Source: European Space Agency (ESA)

With the regular chain of events beginning to resume, it remains to be seen whether NO₂ emissions will rebound right back to their pre-pandemic levels.

This bounce-back effect—which can sometimes reverse any overall drop in emissions—is [called] “revenge pollution”. And in China, it has precedent.

Li Shuo, Senior climate policy advisor, Greenpeace East Asia

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Ranked: Top 20 Countries by Plastic Waste per Capita

Visualizing plastic waste per capita reveals a surprising list of countries that you may not have expected.

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Ranked: Top 20 Countries by Plastic Waste per Capita

This was originally posted on our Voronoi app. Download the app for free on iOS or Android and discover incredible data-driven charts from a variety of trusted sources.

Single-use plastic waste is perhaps one of the biggest environmental issues of our time. Every year, millions of tons of plastic end up in oceans and landfills, harming wildlife and ecosystems.

To make matters worse, plastics take hundreds of years to decompose, leading to long-term environmental and health hazards as they break down into microplastics that contaminate water and food sources.

In this graphic, we visualized the top 20 countries that generated the most single-use plastic waste per capita in 2019, measured in kilograms per person. Figures come from research published in May 2021, which we sourced from Statista.

Data and Key Takeaways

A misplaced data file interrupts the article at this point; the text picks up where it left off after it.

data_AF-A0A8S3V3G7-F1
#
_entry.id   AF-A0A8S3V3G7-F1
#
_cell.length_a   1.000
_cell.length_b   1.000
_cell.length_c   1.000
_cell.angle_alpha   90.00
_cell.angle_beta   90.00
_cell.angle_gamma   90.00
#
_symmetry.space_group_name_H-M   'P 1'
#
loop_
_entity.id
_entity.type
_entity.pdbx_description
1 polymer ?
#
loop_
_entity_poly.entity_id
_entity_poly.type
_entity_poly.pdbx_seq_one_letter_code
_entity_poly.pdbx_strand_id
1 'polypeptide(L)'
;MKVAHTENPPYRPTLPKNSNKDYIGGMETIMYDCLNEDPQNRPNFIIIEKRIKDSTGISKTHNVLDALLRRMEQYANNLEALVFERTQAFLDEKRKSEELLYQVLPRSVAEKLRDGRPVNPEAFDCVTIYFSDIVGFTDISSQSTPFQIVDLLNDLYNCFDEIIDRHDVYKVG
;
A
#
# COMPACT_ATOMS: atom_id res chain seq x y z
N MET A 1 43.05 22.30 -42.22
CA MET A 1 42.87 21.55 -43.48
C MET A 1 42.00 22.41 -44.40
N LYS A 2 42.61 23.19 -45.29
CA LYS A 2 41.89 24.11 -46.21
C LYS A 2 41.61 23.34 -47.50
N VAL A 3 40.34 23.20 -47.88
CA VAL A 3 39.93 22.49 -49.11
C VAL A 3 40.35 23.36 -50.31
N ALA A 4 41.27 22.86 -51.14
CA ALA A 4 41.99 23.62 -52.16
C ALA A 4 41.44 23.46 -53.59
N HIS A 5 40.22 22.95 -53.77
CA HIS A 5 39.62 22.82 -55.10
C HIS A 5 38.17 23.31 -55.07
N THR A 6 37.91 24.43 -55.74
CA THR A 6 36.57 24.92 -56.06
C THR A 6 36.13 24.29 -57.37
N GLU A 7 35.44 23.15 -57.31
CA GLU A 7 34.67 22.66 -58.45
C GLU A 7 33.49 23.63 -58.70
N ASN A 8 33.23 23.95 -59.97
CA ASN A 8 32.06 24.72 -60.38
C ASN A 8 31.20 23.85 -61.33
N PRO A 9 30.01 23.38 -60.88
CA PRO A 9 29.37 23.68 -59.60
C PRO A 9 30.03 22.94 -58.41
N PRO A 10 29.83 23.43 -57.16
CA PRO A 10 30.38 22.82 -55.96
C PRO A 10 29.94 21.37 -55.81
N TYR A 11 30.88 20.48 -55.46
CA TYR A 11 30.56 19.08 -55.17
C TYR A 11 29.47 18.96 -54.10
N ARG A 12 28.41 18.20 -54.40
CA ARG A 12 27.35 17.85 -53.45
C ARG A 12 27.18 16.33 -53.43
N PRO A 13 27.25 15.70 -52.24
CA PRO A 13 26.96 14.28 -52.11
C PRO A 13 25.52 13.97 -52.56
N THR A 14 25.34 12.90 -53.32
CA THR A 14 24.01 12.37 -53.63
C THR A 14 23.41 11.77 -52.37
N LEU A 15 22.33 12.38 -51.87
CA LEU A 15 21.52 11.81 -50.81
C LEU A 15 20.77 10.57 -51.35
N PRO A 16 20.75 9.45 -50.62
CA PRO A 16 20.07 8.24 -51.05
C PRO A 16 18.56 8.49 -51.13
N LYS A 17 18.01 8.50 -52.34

The data we used to create this graphic is listed in the table below.

RankCountryKg per personPounds per person
1🇸🇬 Singapore76168
2🇦🇺 Australia59130
3🇴🇲 Oman56123
4🇳🇱 Netherlands55121
5🇧🇪 Belgium55121
6🇮🇱 Israel55121
7🇭🇰 Hong Kong55121
8🇨🇭 Switzerland53117
9🇺🇸 U.S.53117
10🇦🇪 UAE52115
11🇨🇱 Chile51112
12🇰🇷 S. Korea4497
13🇬🇧 UK4497
14🇰🇼 Kuwait4088
15🇳🇿 New Zealand3986
16🇮🇪 Ireland3986
17🇫🇮 Finland3884
18🇯🇵 Japan3782
19🇫🇷 France3679
20🇸🇮 Slovenia3577

Countries from all around the world are present in this ranking, highlighting how plastic waste isn’t concentrated in any one region.

It’s also interesting to note how most of the countries in this top 20 ranking are wealthier, more developed nations. These nations have higher levels of consumption, with greater access to packaged goods, take-out services, and disposable products, all of which rely on single-use plastics.

Where’s China and India?

Note that we’ve visualized plastic waste per capita, which is different from the total amount of waste produced by a country. It is for this reason that major polluters, such as China and India, are not present in this ranking.

It’s also worth noting that this focuses on the demand side of plastics, rather than where plastic products were initially created or produced.

If you’re interested to see more visuals on plastic waste, check out Which Countries Pollute the Most Ocean Plastic Waste?.